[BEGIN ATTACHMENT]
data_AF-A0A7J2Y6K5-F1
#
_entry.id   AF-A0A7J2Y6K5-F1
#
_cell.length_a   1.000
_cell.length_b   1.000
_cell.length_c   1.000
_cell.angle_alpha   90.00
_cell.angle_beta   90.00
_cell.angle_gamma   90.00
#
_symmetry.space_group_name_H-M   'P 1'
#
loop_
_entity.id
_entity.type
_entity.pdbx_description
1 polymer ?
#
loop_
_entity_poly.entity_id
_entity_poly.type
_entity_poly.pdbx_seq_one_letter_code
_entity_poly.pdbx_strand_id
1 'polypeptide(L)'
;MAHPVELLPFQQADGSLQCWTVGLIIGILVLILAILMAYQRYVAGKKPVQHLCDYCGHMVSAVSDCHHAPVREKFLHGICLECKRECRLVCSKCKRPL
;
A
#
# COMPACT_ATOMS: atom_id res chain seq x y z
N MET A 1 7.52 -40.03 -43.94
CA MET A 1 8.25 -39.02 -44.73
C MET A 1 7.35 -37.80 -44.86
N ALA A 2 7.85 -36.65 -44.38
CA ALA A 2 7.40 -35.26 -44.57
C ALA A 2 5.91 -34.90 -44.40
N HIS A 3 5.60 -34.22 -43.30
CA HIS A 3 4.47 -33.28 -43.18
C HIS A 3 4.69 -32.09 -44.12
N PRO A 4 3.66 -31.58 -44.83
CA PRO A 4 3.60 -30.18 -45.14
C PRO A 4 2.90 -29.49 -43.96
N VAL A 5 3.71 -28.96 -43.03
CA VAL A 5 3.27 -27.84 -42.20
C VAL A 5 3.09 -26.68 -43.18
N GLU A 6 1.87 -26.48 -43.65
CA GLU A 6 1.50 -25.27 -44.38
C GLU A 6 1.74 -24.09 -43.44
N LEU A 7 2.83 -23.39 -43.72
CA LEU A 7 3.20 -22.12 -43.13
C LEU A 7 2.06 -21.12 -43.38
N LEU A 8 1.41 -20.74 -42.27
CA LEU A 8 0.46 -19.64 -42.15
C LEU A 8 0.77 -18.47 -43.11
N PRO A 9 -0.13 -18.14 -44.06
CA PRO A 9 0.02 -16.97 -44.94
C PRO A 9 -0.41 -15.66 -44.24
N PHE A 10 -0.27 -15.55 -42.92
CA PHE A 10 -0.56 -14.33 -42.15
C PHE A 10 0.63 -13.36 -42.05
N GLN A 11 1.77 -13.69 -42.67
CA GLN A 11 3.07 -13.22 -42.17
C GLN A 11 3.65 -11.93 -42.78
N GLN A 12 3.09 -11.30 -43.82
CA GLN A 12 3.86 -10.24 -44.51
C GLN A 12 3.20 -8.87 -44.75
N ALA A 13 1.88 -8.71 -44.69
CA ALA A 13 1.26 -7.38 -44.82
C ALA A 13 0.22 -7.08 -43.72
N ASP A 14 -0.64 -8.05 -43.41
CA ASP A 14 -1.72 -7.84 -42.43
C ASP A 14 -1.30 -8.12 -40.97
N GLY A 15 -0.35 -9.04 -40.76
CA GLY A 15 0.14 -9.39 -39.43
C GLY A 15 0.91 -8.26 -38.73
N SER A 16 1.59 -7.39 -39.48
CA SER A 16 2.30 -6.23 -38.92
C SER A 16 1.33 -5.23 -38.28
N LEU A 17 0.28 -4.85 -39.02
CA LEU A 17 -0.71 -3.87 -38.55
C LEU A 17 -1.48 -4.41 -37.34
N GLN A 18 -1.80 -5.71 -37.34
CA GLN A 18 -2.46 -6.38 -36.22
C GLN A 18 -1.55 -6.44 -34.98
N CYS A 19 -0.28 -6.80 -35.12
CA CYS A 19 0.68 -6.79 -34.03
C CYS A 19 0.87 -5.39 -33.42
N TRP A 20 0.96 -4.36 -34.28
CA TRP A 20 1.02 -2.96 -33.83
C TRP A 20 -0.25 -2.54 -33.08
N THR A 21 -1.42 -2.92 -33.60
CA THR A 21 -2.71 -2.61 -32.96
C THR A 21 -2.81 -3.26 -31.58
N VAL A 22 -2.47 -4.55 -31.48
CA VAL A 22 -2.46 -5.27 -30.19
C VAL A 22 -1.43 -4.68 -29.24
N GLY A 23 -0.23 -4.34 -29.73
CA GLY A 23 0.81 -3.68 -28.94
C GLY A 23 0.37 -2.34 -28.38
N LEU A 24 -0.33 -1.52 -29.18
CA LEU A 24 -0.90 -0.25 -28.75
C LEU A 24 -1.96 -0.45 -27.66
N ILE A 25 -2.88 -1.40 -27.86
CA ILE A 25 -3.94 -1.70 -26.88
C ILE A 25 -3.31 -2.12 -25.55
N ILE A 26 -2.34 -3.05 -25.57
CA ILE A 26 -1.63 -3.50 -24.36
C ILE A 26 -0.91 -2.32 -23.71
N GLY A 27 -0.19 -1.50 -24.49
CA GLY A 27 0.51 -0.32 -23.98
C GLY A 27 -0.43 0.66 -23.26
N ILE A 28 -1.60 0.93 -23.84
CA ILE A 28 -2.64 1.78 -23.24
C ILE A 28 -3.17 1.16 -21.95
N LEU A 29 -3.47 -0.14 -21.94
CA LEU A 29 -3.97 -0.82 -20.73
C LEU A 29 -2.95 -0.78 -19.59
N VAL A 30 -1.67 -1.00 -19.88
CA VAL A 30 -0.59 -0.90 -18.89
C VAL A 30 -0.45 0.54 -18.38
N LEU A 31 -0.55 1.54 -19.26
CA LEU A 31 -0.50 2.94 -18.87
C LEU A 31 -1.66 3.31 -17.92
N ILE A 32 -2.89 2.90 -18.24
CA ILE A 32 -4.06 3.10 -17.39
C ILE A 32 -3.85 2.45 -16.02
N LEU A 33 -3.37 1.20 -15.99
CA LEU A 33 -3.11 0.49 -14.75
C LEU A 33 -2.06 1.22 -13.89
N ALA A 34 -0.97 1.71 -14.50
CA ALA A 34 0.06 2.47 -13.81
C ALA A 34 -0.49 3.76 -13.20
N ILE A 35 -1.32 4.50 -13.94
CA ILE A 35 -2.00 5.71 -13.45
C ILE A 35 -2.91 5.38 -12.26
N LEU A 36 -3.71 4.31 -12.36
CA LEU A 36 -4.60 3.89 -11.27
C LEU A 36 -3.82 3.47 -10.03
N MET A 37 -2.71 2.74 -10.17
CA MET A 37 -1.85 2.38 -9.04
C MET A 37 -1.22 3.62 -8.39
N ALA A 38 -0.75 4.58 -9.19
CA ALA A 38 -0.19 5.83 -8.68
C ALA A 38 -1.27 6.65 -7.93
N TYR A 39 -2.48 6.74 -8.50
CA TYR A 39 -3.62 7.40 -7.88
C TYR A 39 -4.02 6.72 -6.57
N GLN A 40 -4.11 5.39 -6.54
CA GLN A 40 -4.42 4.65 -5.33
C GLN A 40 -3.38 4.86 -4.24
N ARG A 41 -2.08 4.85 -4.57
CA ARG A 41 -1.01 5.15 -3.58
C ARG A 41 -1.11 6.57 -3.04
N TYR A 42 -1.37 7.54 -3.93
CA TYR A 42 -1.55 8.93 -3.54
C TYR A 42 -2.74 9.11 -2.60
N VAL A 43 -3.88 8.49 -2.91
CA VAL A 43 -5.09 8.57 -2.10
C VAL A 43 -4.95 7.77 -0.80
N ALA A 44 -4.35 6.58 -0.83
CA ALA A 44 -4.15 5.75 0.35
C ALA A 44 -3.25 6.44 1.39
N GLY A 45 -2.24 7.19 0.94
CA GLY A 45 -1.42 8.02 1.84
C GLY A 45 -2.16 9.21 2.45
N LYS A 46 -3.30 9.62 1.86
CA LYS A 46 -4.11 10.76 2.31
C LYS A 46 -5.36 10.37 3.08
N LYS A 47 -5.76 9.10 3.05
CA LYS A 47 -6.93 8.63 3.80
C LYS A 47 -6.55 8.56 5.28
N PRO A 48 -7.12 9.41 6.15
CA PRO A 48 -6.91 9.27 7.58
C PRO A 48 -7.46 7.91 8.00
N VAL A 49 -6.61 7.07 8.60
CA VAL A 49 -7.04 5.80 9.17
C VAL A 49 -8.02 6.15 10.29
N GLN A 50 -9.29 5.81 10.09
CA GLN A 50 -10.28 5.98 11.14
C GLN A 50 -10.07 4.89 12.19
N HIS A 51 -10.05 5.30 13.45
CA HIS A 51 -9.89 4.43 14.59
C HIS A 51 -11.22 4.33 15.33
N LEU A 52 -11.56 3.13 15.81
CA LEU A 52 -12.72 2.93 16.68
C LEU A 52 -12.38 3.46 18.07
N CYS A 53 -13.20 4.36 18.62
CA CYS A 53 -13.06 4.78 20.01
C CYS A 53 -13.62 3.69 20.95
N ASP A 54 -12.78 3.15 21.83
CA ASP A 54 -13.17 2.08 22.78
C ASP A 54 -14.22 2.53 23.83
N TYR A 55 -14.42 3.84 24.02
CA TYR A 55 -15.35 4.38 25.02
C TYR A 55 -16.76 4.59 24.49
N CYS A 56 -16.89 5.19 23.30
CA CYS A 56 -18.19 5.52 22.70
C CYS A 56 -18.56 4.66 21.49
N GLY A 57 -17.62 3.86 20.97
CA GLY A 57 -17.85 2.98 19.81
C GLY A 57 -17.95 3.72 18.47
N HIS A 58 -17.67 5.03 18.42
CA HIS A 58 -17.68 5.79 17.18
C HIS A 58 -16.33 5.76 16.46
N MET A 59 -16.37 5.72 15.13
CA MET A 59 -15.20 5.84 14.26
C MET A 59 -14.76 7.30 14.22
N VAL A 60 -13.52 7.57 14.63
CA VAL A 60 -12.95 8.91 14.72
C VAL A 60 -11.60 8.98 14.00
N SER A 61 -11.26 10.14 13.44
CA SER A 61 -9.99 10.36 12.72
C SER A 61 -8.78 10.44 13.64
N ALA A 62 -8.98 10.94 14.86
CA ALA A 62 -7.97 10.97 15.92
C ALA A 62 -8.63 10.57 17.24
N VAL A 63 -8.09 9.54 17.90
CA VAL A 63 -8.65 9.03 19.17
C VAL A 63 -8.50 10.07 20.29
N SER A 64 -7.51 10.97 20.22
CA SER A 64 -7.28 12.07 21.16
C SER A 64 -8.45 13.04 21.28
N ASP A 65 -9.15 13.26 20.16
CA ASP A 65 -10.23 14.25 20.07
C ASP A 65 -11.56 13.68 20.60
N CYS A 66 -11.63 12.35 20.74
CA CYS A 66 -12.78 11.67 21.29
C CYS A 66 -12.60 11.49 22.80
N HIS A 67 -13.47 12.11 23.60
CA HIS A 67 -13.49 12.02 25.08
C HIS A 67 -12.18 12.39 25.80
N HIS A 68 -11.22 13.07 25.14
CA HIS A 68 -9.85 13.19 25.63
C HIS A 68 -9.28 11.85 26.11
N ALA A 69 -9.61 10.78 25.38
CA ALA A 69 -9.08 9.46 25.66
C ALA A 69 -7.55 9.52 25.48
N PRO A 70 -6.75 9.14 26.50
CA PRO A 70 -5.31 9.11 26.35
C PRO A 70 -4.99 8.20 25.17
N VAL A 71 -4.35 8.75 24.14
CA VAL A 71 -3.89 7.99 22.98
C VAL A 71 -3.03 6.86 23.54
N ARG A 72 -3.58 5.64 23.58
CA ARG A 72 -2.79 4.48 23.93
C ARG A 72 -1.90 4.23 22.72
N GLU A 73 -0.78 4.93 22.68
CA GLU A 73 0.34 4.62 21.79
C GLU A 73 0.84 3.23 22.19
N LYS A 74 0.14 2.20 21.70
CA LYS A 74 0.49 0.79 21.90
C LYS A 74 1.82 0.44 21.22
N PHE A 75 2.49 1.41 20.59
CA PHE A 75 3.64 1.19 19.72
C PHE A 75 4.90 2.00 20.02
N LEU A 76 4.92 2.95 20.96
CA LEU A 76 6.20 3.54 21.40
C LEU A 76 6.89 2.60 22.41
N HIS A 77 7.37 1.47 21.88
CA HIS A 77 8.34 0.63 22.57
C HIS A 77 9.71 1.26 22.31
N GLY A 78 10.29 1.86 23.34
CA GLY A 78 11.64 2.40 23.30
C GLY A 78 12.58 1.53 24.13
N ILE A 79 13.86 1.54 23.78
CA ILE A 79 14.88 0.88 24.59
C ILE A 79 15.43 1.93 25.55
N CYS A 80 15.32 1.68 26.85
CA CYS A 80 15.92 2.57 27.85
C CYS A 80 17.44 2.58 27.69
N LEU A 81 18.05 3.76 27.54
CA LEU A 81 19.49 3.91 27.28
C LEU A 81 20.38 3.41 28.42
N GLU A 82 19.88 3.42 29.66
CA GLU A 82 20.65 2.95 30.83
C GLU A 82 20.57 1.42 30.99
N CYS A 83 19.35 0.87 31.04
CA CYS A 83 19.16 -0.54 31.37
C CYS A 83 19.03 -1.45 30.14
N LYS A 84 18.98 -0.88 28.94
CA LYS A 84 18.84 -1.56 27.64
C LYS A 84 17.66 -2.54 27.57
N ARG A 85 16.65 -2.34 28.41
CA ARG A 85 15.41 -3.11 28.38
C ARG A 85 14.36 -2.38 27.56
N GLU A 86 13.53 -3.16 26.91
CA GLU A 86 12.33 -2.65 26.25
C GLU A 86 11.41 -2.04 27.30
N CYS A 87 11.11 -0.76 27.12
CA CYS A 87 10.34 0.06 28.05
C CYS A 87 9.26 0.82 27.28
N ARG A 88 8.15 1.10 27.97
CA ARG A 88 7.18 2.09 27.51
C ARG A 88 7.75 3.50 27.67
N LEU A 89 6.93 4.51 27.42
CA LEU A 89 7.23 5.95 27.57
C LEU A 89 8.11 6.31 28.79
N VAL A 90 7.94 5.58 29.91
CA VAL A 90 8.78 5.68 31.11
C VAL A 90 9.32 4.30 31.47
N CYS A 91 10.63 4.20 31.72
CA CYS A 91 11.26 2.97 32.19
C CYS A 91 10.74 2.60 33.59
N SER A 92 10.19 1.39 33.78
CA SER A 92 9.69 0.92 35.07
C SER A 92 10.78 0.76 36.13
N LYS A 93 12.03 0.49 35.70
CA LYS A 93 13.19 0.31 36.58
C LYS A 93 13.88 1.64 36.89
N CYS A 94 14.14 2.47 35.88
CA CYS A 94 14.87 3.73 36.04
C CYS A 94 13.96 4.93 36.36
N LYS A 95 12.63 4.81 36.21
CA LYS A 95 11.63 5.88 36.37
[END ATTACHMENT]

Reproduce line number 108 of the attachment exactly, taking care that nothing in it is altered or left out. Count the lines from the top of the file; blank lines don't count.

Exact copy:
C ILE A 26 -0.91 -2.32 -23.71